SpaceX has delayed the launch of the SES 12 commercial communications satellite from Cape Canaveral until Monday to conduct additional tests on the Falcon 9 rocket’s second stage, officials said Thursday.
The liftoff from Cape Canaveral’s Complex 40 launch pad is now scheduled for Monday at 12:29 a.m. EDT (0429 GMT), the opening of a four-hour launch window.
SpaceX announced the three-day delay in a tweet Thursday.
Standing down from Friday’s launch attempt to run additional tests on Falcon 9’s second stage. Rocket and payload are in good health. Currently working toward a June 4 launch of SES-12 from Pad 40 in Florida.
— SpaceX (@SpaceX) May 31, 2018
The launch will mark SpaceX’s 11th mission of the year, and the 56th launch of a Falcon 9 rocket since the workhorse commercial booster debuted in June 2010.
SpaceX test-fired the reused first stage of the Falcon 9 rocket for the SES 12 mission May 24 at Cape Canaveral, and teams have encapsulated the commercial telecom payload and attached it to the launcher since the static fire test last week.
The Falcon 9 first stage slated to launch with SES 12 was previously used to send the U.S. Air Force’s X-37B spaceplane toward orbit from the Kennedy Space Center in September 2017. The upcoming mission will mark the 13th time SpaceX has re-launched a previously-flown booster.
SpaceX does not plan to recover the first stage on next week’s mission because the booster was built using an earlier design of the Falcon 9 rocket, known as the “Block 4.” The second stage flying on the SES 12 mission is based on the upgraded “Block 5” version of the Falcon 9.
Built by Airbus Defense and Space, the SES 12 communications satellite will connect the Middle East, the Asia-Pacific, and Australia with Ku-band beams, providing video and data relay, television broadcast, and government services. In addition to the six Ku-band payload, SES 12 carries 72 high-throughput beams tailored for broadband connectivity, plus an on-board digital processor to adjust bandwidth to meet changing customer demand.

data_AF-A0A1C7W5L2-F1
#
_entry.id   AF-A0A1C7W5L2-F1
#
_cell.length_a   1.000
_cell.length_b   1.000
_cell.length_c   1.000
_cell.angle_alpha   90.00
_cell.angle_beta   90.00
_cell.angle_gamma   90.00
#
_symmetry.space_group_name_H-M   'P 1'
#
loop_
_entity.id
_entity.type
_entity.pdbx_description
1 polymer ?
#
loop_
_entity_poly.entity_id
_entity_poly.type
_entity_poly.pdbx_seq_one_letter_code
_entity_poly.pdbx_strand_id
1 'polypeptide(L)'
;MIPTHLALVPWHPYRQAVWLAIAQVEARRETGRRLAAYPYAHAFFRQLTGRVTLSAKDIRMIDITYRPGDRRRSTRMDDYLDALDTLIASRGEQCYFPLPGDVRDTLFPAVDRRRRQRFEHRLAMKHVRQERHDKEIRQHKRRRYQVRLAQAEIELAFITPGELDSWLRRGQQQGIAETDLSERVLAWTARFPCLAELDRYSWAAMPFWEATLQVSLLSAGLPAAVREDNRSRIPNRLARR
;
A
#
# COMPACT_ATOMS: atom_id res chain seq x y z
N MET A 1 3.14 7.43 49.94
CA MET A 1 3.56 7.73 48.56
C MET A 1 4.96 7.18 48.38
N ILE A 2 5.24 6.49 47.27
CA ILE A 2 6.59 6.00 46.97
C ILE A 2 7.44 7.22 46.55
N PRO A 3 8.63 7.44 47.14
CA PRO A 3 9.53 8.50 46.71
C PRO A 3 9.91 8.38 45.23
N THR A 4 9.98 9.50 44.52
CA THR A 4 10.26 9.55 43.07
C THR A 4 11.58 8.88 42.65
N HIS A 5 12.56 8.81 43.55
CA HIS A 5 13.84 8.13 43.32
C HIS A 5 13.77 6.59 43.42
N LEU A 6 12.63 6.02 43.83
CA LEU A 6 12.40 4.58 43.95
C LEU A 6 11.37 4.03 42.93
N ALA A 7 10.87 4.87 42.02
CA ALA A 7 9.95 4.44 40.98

The Falcon 9 rocket will place the 11,867-pound (5,383-kilogram) spacecraft in an elliptical “supersynchronous” transfer orbit ranging between 182 miles (294 kilometers) at the lowest point to more than 36,000 miles (about 58,500 kilometers) at its highest point.
Plasma thrusters aboard the SES 12 satellite will reshape its orbit to a circular perch over the equator, and maneuver the relay station to a geostationary slot at 95 degrees east longitude, where it will join the SES 8 spacecraft and replace the aging NSS 6 satellite.
Forecasters from the U.S. Air Force’s 45th Weather Squadron predict a 70 percent probability of favorable weather during Monday’s early morning launch window.
“Afternoon and evening storms are expected to continue over Central Florida for the next several days, though coverage and duration will lesson daily moving into the weekend,” forecasters wrote in an outlook issued Thursday. “On Sunday, a weak surface boundary begins to move into the Southeast U.S., increasing the pressure gradient over the Space Coast. Winds will become gusty out of the west-southwest as the front approaches northern Florida during the launch window. The primary weather concern for the launch window on 4 June is liftoff winds.”
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